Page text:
The overselling of calamities in environmental sciences has reached unseemly proportions…so much so in one field that in 2014 a team of marine researchers exposed the problems in a journal article. The paper is Duarte et al. (2014) Reconsidering Ocean Calamities. The abstract reads (my boldface):
The proliferation of a number of pressures affecting the ocean is leading to a growing concern that the state of the ocean is compromised, which is driving society into pessimism. Ocean calamities are disruptive changes to ocean ecosystems that have profound impacts and that are widespread or global in scope. However, scrutiny of ocean calamities to ensure that they can be confidently attributed to human drivers, operate at widespread or global scales, and cause severe disruptions of marine social-ecosystems shows that some of the problems fail to meet these requirements or that the evidence is equivocal. A number of biases internal and external to the scientific community contribute to perpetuating the perception of ocean calamities in the absence of robust evidence. An organized auditing of ocean calamities may deliver a more precise diagnosis of the status of the oceans, which may help to identify the most pressing problems that need be addressed to conserve a healthy ocean.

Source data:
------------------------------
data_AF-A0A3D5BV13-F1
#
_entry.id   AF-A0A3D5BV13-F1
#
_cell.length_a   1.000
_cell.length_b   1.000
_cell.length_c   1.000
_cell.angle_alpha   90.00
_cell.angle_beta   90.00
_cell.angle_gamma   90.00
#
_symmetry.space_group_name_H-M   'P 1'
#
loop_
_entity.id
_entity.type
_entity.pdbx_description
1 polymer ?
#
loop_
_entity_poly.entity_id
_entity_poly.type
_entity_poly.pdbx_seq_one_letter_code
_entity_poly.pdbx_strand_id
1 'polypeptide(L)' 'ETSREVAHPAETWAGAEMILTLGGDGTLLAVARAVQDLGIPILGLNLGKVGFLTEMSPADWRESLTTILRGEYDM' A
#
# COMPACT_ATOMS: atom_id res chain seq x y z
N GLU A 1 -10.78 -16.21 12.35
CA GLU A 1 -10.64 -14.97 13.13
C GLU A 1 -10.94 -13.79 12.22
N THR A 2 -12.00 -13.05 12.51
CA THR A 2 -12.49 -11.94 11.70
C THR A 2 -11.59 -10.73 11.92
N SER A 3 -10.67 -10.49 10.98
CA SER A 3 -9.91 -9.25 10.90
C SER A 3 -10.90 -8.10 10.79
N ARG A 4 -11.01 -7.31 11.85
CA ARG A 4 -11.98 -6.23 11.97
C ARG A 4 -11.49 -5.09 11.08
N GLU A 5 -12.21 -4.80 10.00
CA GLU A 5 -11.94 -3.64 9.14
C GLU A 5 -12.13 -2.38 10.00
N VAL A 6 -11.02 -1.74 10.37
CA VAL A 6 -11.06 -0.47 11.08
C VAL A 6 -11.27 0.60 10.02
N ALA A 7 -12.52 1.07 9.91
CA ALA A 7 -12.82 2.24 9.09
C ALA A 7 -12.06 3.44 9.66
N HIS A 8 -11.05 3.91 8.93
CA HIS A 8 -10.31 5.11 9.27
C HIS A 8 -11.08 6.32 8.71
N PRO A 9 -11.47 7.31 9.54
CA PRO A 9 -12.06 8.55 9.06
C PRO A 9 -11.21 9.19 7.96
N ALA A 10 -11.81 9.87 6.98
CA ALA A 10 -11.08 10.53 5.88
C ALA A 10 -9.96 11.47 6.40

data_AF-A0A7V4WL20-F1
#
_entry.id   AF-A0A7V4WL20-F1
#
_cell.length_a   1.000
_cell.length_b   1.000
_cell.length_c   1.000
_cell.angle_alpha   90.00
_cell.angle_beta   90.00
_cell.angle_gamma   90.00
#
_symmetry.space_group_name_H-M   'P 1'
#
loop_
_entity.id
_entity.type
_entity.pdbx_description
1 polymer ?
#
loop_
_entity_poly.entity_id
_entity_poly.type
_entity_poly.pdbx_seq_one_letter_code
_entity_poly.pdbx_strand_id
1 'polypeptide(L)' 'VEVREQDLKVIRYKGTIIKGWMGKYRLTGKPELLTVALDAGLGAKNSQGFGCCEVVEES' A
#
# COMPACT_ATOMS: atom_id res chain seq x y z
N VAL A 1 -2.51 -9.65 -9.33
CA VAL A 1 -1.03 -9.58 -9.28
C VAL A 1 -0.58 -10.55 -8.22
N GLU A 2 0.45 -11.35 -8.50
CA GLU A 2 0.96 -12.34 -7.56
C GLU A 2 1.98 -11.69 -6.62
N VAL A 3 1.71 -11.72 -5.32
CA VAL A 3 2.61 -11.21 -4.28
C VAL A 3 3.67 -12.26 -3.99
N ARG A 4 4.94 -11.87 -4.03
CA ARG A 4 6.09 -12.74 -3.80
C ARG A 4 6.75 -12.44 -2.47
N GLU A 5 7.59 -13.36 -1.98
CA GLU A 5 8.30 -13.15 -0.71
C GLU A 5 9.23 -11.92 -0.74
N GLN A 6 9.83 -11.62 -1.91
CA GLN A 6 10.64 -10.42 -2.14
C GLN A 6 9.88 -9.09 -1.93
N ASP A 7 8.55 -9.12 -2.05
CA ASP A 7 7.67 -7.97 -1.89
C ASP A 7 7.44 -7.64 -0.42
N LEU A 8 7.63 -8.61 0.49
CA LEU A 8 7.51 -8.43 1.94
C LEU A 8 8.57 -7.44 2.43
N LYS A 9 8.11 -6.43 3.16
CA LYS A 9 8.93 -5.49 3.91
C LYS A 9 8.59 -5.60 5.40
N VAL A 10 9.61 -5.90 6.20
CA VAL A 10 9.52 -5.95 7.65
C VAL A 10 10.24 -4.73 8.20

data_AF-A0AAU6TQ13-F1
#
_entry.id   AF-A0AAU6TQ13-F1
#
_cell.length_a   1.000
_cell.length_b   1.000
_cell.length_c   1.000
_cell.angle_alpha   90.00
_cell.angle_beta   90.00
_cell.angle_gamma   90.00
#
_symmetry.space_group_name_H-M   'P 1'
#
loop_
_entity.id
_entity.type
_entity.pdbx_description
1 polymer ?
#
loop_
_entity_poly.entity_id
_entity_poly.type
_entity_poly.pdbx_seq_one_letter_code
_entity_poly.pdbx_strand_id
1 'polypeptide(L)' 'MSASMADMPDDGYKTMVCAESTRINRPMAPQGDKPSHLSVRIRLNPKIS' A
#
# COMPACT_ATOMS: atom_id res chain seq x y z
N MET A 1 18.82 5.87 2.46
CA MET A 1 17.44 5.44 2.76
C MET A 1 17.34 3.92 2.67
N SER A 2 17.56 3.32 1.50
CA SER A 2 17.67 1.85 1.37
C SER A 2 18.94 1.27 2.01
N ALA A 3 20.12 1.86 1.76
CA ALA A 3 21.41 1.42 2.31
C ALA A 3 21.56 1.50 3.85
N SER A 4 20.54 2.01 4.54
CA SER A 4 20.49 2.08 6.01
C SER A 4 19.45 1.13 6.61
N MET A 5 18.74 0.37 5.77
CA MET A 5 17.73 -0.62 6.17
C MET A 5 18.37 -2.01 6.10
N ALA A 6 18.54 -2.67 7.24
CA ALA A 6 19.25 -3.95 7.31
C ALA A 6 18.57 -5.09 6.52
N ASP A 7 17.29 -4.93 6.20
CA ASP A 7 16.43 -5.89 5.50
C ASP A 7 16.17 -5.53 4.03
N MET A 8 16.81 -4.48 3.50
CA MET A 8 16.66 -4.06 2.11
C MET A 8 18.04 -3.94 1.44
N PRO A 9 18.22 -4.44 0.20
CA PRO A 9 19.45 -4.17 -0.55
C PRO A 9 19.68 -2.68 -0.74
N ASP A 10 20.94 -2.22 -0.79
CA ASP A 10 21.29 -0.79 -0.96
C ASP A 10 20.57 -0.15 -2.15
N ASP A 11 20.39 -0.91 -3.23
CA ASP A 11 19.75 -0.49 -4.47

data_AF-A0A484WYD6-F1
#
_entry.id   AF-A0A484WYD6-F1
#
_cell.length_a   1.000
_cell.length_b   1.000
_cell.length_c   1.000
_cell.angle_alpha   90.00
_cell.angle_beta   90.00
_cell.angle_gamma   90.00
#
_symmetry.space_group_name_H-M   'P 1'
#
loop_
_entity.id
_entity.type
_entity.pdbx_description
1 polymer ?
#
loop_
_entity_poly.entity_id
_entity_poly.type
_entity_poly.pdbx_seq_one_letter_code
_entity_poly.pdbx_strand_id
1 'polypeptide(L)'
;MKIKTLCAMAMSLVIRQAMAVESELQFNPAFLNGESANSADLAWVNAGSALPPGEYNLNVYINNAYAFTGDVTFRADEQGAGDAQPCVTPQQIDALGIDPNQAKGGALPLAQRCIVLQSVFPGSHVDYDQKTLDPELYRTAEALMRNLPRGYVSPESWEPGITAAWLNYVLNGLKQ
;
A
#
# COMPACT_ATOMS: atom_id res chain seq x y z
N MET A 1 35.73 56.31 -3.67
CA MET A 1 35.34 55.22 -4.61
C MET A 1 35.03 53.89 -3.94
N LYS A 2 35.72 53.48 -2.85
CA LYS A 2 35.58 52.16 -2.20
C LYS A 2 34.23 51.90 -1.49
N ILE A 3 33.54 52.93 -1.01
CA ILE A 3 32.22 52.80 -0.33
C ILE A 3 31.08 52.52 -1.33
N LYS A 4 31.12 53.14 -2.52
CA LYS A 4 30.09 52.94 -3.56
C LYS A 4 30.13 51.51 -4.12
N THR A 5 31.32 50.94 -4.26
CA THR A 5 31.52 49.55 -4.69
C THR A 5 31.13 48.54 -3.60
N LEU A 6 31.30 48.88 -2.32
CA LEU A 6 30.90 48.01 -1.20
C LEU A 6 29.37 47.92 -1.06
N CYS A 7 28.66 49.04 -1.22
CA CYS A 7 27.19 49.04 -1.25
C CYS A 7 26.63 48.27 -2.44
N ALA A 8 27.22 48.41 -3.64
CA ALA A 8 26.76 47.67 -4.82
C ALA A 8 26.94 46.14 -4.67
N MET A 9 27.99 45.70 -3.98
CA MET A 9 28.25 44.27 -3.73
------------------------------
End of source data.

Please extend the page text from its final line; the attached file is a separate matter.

Also see the Nature editorial Ocean ‘calamities’ oversold, say researchers about Duarte et al. It begins:
The state of the world’s seas is often painted as verging on catastrophe. But although some challenges are very real, others have been vastly overstated, researchers claim in a review paper. The team writes that scientists, journals and the media have fallen into a mode of groupthink that can damage the credibility of the ocean sciences. The controversial study exposes fault lines in the marine-science community.
Carlos Duarte, a marine biologist at the University of Western Australia in Perth, and his colleagues say that gloomy media reports about ocean issues such as invasive species and coral die-offs are not always based on actual observations. It is not just journalists who are to blame, they maintain: the marine research community “may not have remained sufficiently sceptical” on the topic.
These problems run rampant in climate science.
A brand new example of attempted overselling of calamities is the article in The New York Times Ocean Life Faces Mass Extinction, Broad Study Says. The article is based on the McCauley et al (2015) paper Marine defaunation: Animal loss in the global ocean.